In his pursuit of a better future for himself and his community, Benjamin has achieved a great deal of success against some incredible circumstances.
Born in Chicago to Jamaican parents, domestic violence prompted his grandmother to bring him back to Jamaica, where he describes a middle class upbringing with good family values. A series of moves brought him back to Chicago, and eventually on a path that led to his incarceration, but he came out determined to change the story for others. Thanks to a ton of hard work, the help of Inspiration Corporation and a generous grant from the Lori Jericho Memorial Education Fund, Benjamin is on his way to earning his Master’s Degree at the University of Chicago.
Benjamin’s story is one of relentless determination, and one that proves the incredible potential that an education can unlock. His academic obstacles seemed to begin in his teens, when he dropped out of his school in Englewood to earn his GED at Kennedy King College. “Going to high school in Chicago is a war zone.” Says Benjamin. “You gotta really give people props, especially Black men that graduate from high school in the South side and West side, certain neighborhoods. You gotta give them props for making it-for surviving.” According to the Chicago Tribune, while Chicago’s average high school graduation rate is 73.5%, the rate among African American male students is just 57%, highlighting an ongoing disparity in academic opportunities across Chicago neighborhoods.
Although Benjamin was able to avoid gangs, he still recalls being negatively influenced by his friends and community, which ultimately led to his incarceration for his part in a robbery at age 27. “I would not have done it if I knew ahead of time where I was going. But, once I was there, it wasn’t conducive for me to be conflicting, and you know, I had already drove us there.” Benjamin’s outlook was shaped by the experiences he had in prison, where he was able to see past the labels often given to those who were incarcerated. During his five years there, he read hundreds of books and began thinking about how he could use his insight to help at-risk youth, and to advocate for change within the justice system. “I feel compelled to do right because I didn’t see the worst side of people.” He says. “I started to see good in my fellow humans in the worst place.”
After his release, Benjamin became a House Monitor at a nonprofit that works with recently paroled men, which is where he learned about Inspiration Corporation. He joined our Job Training Program, giving him the confidence to enroll in school at City Colleges of Chicago, where he was elected to student council and secured an internship with the 27th Ward Alderman’s office. Meetings with his case manager helped him discover his interest in policy, and he immediately began applying to Bachelor’s programs.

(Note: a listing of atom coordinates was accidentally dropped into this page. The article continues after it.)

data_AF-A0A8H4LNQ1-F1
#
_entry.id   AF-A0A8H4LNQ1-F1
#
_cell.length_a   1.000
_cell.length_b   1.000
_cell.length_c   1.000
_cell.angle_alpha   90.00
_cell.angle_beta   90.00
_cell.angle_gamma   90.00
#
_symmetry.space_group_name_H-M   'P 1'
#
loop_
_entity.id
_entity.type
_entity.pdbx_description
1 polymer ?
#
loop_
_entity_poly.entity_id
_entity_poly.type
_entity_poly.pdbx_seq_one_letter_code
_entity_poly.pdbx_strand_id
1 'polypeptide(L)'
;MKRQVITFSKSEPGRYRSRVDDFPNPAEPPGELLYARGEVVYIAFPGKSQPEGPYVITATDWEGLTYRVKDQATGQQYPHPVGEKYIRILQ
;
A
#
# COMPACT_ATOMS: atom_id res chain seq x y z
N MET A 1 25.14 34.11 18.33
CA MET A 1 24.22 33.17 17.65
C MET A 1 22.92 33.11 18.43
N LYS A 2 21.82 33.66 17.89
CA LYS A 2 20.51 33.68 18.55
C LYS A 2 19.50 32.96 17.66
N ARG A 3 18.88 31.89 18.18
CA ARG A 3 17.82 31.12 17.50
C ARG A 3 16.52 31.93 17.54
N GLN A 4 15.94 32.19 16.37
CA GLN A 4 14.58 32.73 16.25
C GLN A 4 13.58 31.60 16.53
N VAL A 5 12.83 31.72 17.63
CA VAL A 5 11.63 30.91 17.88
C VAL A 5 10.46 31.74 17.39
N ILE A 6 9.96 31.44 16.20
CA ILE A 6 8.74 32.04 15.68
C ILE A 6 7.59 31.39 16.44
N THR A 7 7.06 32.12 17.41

The resources we were able to provide helped Benjamin afford summer class at the City Colleges, ensuring enough credits to transfer to the University of Illinois in Chicago’s College of Urban Planning. “It caused me to not have to break a stride because financial aid is only going to cover so much.” He says. Using this time to complete the more difficult classes like Calculus, he’s convinced he would have earned a failing grade if he had to wait until the full time schedule of fall classes. He recently earned his Bachelor’s Degree and is now working on his Master’s of Science in Computational Analysis and Public Policy at University of Chicago.
Benjamin is quick to credit the Lori Jericho Memorial Education Fund, as well as his Case Manager, Hilary for helping him get this far. “I always get in contact with her at the end of the semester just to kinda let her know how I’m doing, just because I don’t wanna be the statistic that fell off, so I’m trying to check myself through other people.”
Although Benjamin has a solid grasp on the changes he’d like to see in the world, he still struggles with which personal path to take, whether it’s taking an opportunity to study genocidal conflict resolution in Rwanda, pursuing business ventures in Jamaica, or continuing in the fight against violence in Chicago. “We’re not going to see violence end in America.” He says. “There’s a possibility that I might not see that change occur before I die, even if I live to be 80, 90 years old. So I have to ask myself, do I want to venture this path knowing the outcome will not be? But at the same time, I wanna be true to myself.”
Whatever the next chapter holds for Benjamin, it’s clear that he is intent on using his experiences to make a positive impact. To the many people for whom a higher education is out of reach, college may seem like a privilege, but Benjamin doesn’t see it that way. “To me, it’s life or death, it’s just that serious”, he says “I need this. This is life-saving. It all is. Inspiration’s a big part of it, going to school is a big part of it, talking to people, having this communication, it’s all a big part of it to avoid those things that are out here. It’s not that far from us all.”